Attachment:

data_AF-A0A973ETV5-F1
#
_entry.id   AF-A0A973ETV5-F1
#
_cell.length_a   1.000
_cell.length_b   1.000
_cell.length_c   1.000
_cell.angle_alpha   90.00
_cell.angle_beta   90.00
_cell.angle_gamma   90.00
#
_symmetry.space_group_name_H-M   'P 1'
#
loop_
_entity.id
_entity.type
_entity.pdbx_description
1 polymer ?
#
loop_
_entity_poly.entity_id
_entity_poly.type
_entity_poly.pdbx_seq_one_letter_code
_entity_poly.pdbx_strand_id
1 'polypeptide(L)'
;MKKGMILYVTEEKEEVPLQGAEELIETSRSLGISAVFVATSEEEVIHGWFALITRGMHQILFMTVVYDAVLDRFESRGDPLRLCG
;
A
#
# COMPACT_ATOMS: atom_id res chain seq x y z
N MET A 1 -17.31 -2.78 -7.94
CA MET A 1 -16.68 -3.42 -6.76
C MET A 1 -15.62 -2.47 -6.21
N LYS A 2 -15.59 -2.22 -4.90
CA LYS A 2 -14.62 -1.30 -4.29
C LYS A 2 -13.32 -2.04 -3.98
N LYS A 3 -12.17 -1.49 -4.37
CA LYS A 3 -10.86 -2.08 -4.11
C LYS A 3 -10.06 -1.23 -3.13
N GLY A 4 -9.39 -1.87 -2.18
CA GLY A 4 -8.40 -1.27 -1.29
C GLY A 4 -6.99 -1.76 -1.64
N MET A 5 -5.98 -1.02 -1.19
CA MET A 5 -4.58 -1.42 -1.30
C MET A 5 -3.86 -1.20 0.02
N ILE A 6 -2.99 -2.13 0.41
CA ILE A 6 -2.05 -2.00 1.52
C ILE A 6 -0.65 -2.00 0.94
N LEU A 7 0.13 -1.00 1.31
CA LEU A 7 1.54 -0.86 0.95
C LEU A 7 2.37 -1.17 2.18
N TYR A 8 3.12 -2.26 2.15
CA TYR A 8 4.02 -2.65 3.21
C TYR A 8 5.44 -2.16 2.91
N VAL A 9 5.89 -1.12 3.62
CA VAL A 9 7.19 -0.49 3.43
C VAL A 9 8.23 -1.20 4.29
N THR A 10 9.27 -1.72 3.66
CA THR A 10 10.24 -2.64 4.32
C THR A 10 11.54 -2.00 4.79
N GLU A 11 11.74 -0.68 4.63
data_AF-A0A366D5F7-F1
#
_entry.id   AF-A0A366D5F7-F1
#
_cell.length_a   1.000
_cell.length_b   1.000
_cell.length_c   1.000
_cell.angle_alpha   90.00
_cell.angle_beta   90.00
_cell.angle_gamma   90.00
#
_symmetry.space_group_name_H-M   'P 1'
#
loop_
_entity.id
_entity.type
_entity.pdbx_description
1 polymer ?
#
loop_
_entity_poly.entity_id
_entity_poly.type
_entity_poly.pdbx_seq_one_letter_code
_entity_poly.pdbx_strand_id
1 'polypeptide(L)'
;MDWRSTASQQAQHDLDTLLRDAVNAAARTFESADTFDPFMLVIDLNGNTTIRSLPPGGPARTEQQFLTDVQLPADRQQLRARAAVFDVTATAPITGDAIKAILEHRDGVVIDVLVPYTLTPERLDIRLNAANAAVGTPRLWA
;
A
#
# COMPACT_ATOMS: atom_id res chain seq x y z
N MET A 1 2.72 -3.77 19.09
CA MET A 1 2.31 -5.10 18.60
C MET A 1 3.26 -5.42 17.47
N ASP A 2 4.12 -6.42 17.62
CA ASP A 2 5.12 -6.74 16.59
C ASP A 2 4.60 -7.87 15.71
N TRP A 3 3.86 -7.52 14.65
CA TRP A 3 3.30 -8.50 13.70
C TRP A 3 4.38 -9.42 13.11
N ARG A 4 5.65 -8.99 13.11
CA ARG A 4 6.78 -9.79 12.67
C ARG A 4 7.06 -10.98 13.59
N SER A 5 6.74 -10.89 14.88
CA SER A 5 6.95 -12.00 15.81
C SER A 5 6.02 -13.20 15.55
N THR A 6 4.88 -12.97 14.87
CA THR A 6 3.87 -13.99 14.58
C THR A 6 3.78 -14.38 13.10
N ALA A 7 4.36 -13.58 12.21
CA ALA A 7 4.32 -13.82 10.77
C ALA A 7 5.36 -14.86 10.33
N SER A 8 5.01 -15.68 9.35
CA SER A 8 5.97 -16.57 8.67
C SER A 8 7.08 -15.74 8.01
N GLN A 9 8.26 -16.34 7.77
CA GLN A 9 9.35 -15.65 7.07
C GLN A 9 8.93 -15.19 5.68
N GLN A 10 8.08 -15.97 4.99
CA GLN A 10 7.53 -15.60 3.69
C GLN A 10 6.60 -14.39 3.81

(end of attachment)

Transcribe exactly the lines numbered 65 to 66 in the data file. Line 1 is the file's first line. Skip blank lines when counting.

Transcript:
#
_cell.length_a   1.000